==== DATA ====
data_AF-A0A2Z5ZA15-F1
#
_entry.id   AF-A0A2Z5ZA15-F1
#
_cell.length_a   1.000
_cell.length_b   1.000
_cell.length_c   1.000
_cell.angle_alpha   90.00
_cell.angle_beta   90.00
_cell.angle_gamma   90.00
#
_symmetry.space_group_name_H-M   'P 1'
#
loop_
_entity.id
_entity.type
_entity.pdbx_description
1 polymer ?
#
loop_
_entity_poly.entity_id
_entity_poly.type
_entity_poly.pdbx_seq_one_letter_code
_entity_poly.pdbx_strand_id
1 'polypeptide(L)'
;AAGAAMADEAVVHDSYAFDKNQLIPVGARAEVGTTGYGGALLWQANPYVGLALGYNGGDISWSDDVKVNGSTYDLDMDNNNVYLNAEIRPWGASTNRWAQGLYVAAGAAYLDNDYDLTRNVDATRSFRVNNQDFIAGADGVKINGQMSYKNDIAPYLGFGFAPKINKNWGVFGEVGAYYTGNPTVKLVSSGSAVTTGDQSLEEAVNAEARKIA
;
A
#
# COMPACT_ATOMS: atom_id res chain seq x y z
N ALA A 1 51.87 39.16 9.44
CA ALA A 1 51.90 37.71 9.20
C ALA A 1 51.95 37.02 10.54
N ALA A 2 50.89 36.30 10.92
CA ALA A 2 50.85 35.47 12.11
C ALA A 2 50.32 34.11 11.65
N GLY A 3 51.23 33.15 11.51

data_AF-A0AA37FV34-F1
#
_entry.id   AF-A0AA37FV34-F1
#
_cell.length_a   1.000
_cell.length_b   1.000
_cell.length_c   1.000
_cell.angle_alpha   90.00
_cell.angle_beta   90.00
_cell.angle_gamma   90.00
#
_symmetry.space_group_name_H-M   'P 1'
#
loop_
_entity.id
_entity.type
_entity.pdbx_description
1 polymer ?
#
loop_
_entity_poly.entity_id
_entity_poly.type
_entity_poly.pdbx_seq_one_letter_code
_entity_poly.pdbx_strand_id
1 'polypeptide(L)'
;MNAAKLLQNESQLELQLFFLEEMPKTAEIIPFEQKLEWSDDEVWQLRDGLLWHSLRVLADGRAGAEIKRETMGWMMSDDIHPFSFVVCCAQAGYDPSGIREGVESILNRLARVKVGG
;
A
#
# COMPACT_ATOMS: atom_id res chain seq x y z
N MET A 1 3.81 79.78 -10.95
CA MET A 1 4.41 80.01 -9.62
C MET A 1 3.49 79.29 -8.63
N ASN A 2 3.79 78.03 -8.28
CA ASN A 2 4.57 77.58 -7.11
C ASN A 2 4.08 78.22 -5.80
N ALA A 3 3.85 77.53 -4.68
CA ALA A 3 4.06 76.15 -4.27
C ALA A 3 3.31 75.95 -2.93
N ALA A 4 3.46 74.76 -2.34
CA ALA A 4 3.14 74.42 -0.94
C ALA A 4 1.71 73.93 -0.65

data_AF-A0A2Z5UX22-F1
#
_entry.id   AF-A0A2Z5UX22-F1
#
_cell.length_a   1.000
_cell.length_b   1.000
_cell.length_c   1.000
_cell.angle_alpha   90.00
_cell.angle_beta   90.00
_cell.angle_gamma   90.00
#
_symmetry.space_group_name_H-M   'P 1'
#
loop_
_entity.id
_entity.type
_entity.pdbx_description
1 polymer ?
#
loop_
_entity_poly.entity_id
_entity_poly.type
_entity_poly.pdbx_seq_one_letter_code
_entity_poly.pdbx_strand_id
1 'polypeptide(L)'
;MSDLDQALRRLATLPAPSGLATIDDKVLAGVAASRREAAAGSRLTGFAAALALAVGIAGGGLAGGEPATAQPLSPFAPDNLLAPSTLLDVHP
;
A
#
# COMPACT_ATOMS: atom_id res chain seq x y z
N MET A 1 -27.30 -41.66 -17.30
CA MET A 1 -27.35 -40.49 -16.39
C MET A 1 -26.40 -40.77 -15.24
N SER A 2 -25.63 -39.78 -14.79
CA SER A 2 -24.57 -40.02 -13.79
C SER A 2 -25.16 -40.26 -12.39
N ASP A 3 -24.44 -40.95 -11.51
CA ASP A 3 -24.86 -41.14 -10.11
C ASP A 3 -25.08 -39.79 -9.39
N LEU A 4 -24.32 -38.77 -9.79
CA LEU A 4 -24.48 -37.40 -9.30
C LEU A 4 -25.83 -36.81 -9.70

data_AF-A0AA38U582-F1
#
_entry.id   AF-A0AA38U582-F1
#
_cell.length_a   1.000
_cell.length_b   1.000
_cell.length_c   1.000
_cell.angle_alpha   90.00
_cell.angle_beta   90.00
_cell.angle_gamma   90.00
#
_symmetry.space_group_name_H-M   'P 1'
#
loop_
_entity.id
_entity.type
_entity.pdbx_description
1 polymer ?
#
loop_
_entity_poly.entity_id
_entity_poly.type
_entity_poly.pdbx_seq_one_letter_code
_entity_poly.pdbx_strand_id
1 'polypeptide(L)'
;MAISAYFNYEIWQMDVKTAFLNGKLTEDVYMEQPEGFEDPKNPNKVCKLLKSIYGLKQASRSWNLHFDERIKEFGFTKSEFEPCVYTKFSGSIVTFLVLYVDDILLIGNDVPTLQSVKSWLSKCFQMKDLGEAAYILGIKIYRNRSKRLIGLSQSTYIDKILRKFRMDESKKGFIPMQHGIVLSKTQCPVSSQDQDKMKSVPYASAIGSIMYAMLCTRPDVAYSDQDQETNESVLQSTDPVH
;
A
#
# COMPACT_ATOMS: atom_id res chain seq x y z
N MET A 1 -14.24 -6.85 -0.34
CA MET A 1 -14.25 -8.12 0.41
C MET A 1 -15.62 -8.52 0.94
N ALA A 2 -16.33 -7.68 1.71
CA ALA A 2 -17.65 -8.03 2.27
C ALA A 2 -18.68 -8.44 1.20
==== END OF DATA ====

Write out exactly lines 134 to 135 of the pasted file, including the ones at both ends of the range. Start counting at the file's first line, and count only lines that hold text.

#
loop_